In most any sport, improvement comes from two areas: technique and fitness. It was about three years ago that I realized that technique was probably the larger issue holding me back in running. Despite having run cross country as a kid, I’d never actually been coached on how to run, only what sorts of workouts to do. Without a better place to start, I began watching really good runners. Being mostly a distance guy, video clips of athletes like Anton Krupicka, Dean Karnazes, Scott Jurek and Heather Fuhr are really inspiring, and so is seeing seeing local PNW runners like Uli Steidl and Miguel Galeana at area events.
More recently, in June I volunteered at Ironman Coeur d’Alene and Reid and I had a good time watching the run. Two pros stood out because they looked effortless at crazy speeds, Craig Alexander and Caitlin Snow. Julie Dibens was the opposite. Her gait was not smooth and she looked like she was suffering. Interesting too that Snow’s run split was nearly 24 minutes faster and almost down to the magic 3 hour mark. Dibins clearly won the race on the strength of her bike and despite her run.
So there are lots of people out there with good form, but there are a couple of problems trying to learn from them indirectly like this. They’re fast so it’s hard to see them for more than a few seconds at a time. Unless you’re stalking them on the course with a high speed camera, it’s hard to actually come away with interesting facts about their form other than “smooth” and “wow”.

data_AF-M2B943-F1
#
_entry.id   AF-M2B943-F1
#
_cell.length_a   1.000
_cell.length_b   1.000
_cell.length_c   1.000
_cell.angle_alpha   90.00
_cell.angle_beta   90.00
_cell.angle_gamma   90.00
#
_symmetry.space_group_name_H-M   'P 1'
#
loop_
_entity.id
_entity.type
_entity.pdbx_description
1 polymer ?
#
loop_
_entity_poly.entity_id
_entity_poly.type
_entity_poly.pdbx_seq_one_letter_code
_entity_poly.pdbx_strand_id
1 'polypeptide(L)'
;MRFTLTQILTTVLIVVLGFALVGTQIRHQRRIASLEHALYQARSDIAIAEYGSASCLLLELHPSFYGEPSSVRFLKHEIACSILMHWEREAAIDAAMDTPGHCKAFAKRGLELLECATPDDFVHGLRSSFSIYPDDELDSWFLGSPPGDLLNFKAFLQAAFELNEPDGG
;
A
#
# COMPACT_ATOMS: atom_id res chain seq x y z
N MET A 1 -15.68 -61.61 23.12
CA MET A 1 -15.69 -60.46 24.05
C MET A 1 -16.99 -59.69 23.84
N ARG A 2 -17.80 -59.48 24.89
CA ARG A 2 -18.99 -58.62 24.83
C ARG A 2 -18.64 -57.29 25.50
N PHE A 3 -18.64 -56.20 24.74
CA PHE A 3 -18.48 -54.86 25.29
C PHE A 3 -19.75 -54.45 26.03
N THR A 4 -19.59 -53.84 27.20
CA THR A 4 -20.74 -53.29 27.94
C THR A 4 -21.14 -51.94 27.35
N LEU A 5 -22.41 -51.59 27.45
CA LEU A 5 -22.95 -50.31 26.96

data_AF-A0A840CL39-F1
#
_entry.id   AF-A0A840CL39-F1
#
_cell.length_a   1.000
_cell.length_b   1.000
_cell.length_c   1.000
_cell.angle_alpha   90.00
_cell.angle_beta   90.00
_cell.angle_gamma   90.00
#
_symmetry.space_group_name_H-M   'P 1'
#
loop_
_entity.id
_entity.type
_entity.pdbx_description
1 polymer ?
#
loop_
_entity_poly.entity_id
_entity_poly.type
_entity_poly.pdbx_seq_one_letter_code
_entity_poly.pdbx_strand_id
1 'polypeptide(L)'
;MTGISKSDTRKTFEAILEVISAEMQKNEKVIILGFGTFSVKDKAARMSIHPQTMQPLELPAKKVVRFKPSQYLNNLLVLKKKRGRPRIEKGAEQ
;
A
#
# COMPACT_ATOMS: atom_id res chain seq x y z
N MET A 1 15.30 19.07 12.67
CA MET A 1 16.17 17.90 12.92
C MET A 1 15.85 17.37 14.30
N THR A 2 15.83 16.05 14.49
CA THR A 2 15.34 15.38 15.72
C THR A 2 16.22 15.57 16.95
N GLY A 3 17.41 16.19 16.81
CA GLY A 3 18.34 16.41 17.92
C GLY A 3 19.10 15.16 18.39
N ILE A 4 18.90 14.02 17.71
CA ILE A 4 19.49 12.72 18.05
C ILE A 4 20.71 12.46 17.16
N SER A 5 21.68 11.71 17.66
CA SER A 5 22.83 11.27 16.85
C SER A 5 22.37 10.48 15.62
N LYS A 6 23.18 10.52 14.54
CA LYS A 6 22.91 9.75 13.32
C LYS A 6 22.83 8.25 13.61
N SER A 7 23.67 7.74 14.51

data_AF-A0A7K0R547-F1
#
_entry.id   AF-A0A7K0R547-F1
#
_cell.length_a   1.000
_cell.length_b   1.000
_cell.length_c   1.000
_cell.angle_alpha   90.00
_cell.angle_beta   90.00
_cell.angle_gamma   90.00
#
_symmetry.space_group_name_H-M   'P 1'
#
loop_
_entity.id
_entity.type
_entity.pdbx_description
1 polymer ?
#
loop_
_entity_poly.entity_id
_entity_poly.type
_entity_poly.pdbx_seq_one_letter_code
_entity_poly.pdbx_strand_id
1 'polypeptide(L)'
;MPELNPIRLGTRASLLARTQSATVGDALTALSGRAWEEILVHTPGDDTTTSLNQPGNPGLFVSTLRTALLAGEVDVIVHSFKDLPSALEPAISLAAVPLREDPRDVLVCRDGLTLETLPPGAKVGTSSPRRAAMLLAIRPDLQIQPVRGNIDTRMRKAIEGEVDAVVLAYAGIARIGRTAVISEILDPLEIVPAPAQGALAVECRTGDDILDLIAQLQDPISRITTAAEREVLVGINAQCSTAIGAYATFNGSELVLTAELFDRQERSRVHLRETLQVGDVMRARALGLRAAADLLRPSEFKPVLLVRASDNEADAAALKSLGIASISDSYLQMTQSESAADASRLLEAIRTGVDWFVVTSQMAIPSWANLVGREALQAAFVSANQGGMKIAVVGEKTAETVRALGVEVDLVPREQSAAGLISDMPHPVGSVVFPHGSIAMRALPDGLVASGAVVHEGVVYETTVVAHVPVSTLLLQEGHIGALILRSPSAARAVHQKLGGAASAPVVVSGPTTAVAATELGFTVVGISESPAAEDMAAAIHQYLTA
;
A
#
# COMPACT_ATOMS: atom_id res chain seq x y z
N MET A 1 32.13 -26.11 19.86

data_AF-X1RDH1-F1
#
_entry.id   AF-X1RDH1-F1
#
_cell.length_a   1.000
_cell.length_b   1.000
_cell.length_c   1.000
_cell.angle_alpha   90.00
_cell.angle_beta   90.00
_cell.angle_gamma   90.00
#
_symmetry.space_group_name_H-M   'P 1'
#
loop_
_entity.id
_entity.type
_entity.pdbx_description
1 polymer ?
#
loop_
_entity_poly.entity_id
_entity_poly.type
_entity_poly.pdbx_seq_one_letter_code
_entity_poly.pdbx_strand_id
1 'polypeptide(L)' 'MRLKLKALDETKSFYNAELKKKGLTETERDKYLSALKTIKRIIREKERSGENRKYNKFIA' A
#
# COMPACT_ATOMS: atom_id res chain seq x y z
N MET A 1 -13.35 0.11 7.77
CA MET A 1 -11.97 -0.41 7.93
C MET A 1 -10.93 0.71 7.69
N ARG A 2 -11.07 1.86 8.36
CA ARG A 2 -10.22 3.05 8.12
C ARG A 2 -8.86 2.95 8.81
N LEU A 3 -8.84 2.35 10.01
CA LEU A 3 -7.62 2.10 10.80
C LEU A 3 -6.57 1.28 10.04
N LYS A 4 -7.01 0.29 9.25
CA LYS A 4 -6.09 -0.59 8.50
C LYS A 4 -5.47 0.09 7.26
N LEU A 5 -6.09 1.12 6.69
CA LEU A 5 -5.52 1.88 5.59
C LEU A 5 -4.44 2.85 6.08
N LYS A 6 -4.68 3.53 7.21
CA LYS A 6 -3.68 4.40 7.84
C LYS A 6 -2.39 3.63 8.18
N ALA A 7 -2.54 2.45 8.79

Even so, as soon as I started carefully watching these people, a couple of patterns were clear. They ran with little vertical motion in their upper bodies and they were not heel striking. My own form was quite the opposite so I figured I needed to stop hitting the ground with my heels and I needed to minimize bouncing up and down on every stride.
That’s not a bad place to start, but how to accomplish this? At first, it was trial and error. When I got frustrated, I made up excuses like “Those people run so fast they’re almost sprinting so it has to be a different technique. When they run slow, their form is probably not far from mine”.
Of course that can’t be true. The fastest times at Western States are just over 15 hours. That works out to an average of a little over 9 minutes per mile. Fast pace and very impressive for 100 miles, but that’s still a slow running pace. What’s the trick to running smoothly and efficiently at any pace? Sure, Anton Krupicka can run sub-6 miles comfortably, but he’s clearly running at a wide range of speeds during an ultra.
Despite the frustrations, I was able to somewhat reducing vertical motion in my stride and lessen my tendency to heel strike. Along with these form changes, my race times dropped and I ran those faster times on lower heart rates and felt better afterward. Ultra-distance running started to seem possible and even fun, but I still didn’t feel like I had even the beginnings of truly efficient running form figured out.
In the end it turned out my observations were right, but they weren’t the key problems to solve, only symptoms.